The 47-year-old Englishman estimates that over the past decade or so he’s x-rayed more than 4,000 objects. “I’m interested in how things work, and x-rays show what’s happening under the surface,” he says. “Plus, they look cool.” To get his pictures, Veasey uses industrial x-ray machines typically employed in art restoration (to examine oil paintings), electronics manufacturing (to inspect circuit boards), and the military (to check tanks for stress fractures).
“Most of the images that bombard us all are aspirational. I want to be sexy, cool, thin, younger… My work is real. X-Ray is an honest process. It shows things for what they are, what they are made of. I love that. It balances all that glossy, superficial bollocks. I’m real and straightforward. And so is my work.- Nick Veasey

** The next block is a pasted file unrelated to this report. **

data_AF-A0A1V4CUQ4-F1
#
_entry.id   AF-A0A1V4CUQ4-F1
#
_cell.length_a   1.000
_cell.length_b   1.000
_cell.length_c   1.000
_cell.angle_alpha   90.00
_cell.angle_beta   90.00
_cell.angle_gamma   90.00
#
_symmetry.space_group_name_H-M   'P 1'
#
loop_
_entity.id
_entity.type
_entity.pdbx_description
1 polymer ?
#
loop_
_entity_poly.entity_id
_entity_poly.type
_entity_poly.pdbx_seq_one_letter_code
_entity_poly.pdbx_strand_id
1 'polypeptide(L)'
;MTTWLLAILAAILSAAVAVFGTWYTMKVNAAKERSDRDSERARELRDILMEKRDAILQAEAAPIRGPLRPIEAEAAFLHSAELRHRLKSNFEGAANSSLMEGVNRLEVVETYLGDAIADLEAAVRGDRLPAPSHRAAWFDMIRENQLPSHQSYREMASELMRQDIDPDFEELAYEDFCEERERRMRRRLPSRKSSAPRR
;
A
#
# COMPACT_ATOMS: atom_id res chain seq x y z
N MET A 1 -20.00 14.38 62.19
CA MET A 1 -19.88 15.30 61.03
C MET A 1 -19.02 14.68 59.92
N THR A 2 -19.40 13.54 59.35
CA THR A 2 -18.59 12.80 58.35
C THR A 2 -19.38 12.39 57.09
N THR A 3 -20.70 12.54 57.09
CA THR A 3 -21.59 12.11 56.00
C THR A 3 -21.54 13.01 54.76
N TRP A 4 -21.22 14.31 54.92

I’m not that interested in using x-ray to shock, as too much art tries too hard to bludgeon a message home. Shock and gore is easy with x-ray. I like to create intrigue and beauty.”
The image above is the largest x-ray photograph ever taken. It’s a Boeing 777 and required over 500 separate x-rays of individual elements to achieve.
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